Itsukushima | Miyajima Island

Itsukushima, popularly known as Miyajima Island or ‘the shrine island’, is part of an inland sea found in Hiroshima Bay. It’s about a 10 minute ferry ride from Hiroshima to Itsukushima, which is a worthwhile journey to take if you don’t get sea sick. The island and the waters of the inland sea are within Setonaikai National Park. These waters are affected by strong tides, so at low tide the ocean floor is revealed, and at high tide the water rises to nearly take over one of the most famous attractions at Itsukushima: the Itsukushima shrine. The landscape of the island is mountainous and the entire population only amounts to about 2000 people. Deer wonder the island in large numbers – even on the roads! It’s not uncommon for tourists to pet and get photos with them, as they’ve grown accustomed to human contact. There are also wild monkeys all over the forests and the mountain on the island. It is quite rural, there aren’t even any traffic lights. But Miyajima is always one of my favourite places to visit, it is simply such a beautiful place to be.


Itsukushima Shrine 

Itsukushima shrine, also known as the torii gate or the ‘floating’ torii gate, is built over the water on the shores of Miyajima Island. The idea that it is floating over the water is because when the tide is high, the water rises the touch the bottom of the shrine and it looks as though it is really floating. The shrine has multiple buildings including a main hall, a noh theater, and a prayer hall. These are all connected by boardwalks that sit above sea level so tourists can safely visit the shrine at high tide. During low tide, it is not uncommon to see people walking out to the torii gate to see up close.

The torii gate at low tide

Itsukushima shrine complex

The shrine when the water is high  + some tourists on the boardwalk


Mount Misen

Mount Misen is a holy mountain and the highest peak (at 500m) on Miyajima Island. It has been worshiped as early as 806AD, when it was first visited by Kukai – a Japanese monk who founded the ‘true word’ school of Buddhism. For eons the mountain has been religiously important. When the weather is clear, the top provides spectacular views of the sea and Hiroshima city. There are three hiking trails that lead up the mountain, but be warned; they are lengthy and generally steep. It takes between 1.5 to 2 hours to reach the summit, where you will find hollow Buddhist structures. There is an alternate route with a ropeway that leads from the town at the bottom to about 100m from the peak. However, this last 100m still needs to be hiked if you want to reach the top. In my opinion, taking one route up and a different route down makes for some wonderful experiences and photo opportunities. The summit is beautiful and serene, making this a great stop for first time travelers to Japan.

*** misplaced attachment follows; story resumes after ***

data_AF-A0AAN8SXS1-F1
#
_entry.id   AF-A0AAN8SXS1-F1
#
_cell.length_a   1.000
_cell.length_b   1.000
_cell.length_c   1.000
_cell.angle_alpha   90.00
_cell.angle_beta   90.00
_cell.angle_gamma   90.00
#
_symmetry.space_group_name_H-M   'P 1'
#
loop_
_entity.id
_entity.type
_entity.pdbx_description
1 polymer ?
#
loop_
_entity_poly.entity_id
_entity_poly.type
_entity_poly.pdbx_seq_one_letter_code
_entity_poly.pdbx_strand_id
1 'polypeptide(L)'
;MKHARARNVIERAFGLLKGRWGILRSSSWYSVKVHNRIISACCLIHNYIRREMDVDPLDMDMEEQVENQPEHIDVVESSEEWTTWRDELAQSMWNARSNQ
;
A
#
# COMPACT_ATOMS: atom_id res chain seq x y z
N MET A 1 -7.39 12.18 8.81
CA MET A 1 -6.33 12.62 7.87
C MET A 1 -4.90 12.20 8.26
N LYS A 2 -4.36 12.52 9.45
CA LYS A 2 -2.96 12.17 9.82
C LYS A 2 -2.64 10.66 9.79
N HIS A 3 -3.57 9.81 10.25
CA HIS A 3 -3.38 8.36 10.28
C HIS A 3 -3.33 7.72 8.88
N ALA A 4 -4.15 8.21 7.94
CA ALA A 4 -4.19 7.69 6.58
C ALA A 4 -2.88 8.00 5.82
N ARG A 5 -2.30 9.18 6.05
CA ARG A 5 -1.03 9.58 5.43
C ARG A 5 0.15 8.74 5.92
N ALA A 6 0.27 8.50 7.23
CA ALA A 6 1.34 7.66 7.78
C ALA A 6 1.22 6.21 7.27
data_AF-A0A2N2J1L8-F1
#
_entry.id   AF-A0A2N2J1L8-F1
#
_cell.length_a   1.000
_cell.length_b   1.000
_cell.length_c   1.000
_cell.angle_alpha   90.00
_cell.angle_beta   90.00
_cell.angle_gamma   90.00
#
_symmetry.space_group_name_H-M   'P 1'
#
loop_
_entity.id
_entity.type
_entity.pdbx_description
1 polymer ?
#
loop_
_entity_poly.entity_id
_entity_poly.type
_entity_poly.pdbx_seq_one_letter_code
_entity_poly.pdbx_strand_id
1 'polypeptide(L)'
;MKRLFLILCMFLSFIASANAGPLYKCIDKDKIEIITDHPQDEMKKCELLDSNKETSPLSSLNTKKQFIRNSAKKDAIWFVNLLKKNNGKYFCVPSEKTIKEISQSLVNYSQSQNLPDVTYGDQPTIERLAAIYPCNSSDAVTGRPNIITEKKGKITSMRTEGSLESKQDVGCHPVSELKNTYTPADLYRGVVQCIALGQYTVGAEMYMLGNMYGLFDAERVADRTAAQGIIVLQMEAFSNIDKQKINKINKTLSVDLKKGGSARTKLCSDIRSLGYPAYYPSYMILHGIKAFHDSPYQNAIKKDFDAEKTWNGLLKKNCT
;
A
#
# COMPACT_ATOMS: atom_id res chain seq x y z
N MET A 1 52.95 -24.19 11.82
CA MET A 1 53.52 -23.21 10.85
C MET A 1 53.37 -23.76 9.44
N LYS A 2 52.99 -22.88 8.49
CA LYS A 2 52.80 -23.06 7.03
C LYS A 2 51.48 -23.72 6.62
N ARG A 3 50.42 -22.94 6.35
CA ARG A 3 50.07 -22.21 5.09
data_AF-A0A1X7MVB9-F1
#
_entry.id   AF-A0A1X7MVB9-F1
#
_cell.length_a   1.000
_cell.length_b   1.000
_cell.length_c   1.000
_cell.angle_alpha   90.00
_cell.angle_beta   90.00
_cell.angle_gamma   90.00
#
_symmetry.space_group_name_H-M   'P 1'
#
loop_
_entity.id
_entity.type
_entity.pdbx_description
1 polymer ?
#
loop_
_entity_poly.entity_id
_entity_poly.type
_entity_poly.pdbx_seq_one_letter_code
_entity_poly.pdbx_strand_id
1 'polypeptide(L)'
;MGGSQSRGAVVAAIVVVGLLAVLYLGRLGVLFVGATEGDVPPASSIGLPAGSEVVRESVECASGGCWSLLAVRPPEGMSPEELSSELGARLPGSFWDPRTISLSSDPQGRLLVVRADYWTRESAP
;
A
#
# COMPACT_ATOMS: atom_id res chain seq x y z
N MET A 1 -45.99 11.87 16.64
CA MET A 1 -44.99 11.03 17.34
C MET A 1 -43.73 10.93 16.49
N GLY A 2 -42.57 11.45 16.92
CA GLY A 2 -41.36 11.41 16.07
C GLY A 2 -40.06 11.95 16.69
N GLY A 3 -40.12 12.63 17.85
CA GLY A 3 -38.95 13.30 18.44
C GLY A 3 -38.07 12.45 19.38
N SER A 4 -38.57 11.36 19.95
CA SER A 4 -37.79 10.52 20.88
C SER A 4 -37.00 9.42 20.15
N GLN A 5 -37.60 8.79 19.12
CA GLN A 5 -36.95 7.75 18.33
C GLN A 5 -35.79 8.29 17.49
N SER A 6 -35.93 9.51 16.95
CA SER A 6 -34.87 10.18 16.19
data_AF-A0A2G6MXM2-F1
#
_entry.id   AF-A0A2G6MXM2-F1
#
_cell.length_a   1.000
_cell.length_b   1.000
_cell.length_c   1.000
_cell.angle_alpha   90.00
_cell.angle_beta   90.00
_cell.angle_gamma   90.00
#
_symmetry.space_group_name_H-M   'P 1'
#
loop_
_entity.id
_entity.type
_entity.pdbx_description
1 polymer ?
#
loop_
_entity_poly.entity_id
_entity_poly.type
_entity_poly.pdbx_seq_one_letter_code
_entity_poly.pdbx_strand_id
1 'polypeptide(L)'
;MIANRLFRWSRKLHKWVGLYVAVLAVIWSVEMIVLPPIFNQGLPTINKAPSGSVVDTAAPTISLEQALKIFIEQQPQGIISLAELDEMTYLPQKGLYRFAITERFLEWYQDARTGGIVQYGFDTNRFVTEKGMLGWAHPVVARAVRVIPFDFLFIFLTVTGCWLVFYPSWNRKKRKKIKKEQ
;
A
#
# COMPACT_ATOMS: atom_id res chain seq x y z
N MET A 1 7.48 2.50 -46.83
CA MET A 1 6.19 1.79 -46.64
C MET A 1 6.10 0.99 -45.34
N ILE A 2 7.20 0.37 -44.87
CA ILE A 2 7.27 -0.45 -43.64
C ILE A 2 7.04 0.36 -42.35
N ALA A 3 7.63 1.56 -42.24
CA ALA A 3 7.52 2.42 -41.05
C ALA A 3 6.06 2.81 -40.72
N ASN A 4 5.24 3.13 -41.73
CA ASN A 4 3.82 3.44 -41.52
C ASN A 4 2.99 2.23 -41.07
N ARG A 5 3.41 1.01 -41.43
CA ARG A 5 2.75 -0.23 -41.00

The peak of Mount Misen

Miyajima Ropeway
Photo taken from inside the car on the rope way

View from Mount Misen
A view from the summit



Strangely enough, Miyajima is known for having the world’s largest rice scoop! It’s also referred to as a giant spatula or paddle, and is well over 5 meters long. It is showcased on Omotesando, the main shopping street. Along this street are an assortment of silly souvenirs available for purchase, like miniature rice scoops on key chains, tiny torii gates, chocolates purposely resembling deer poop and tons of other funny nic-nacs. There’s even a Hello Kitty shop! This is the perfect place for gift shopping, hard-to-shop-for family members or friends will be thrilled with all the cheery little gimmicks you can find! File:Miyajima shopping street.jpg
Giant rice scoop                                                                     Omotesando shopping street

Hello Kitty rice scoop themed toy


Daisho-in Temple

Daisho-in is a historical temple on Mount Misen. In the temple is a flame that is said to have been burning for over 1200 years, since the temple’s foundation. The temple was founded by Kukai, the Japanese monk (see above: Mount Misen). In 1991 it suffered horrible damage caused by a typhoon; it’s restoration was completed by 1998, where a memorial service was held. Itsukushima shrine tends to over shadow Daisho-in, but it is definitely worth the look.

File:Daisho-in temple-02.jpg
Niomon Gate, Daisho-in temple

File:Daisho-in temple-01.jpg
Maniden Hall, Daisho-in temple

View from the Maniden Hall



Last time I stayed in Miyajima, we splurged and booked a room at the Miyajima Seaside Hotel (not to be confused with the Hotel Mijamiya Seaside Ryokan). The island works well as a day trip if you don’t want to spend extra by staying a night, but getting the chance to enjoy this scenery all over again at night is too good an opportunity to pass up! The ferry has a free shuttle bus that can take you to the doors of the hotel, and once you’re at the hotel you are only 20 minutes walk away from the furthest attraction on the island. From your room you have the option of scenic ocean views. TV and  wi-fi are also available (for those who need electronic interaction!).

To see more, view images or book a room go to and search for ‘Miyajima Seaside Hotel’. As far as I am aware, it does not have it’s own website. If looking for a cheaper alternative, simply searching ‘Miyajima’ will provide multiple inexpensive options.


Any questions? Pop over to the ‘Contact’ page! 四季

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